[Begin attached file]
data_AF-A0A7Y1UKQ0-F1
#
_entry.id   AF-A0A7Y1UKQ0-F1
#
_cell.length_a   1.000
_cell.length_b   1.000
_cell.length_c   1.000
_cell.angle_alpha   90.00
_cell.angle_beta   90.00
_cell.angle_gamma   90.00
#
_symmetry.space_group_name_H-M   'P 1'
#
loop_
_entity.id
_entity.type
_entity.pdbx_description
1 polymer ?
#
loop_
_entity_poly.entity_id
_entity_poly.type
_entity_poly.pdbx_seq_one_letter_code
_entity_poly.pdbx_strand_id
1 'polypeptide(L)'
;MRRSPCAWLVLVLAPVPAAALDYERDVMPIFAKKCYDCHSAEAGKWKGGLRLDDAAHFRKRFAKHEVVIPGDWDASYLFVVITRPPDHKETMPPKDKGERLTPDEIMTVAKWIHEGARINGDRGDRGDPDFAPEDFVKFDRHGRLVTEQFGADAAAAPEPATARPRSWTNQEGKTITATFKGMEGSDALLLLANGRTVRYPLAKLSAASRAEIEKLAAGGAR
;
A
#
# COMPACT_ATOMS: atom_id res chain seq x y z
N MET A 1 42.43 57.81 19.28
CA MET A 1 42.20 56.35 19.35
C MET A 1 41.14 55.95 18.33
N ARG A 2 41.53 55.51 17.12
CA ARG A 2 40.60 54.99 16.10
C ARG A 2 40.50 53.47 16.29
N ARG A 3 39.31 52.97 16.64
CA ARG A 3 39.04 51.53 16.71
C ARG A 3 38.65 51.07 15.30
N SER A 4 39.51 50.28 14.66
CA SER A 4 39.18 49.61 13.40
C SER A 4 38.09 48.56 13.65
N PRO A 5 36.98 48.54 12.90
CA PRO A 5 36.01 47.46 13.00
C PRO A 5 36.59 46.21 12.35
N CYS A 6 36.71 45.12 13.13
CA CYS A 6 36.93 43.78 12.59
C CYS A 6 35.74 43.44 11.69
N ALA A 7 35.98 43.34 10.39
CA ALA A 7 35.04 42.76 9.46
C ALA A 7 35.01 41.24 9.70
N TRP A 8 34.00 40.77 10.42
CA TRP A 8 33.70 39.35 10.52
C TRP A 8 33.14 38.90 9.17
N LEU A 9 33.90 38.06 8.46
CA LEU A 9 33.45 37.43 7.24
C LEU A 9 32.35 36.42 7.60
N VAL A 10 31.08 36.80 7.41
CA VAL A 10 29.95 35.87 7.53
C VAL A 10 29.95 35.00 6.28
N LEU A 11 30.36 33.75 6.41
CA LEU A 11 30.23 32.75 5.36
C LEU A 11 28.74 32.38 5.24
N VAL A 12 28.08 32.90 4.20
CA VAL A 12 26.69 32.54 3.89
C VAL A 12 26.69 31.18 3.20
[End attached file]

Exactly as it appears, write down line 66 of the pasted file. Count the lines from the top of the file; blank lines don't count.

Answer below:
C VAL A 12 26.69 31.18 3.20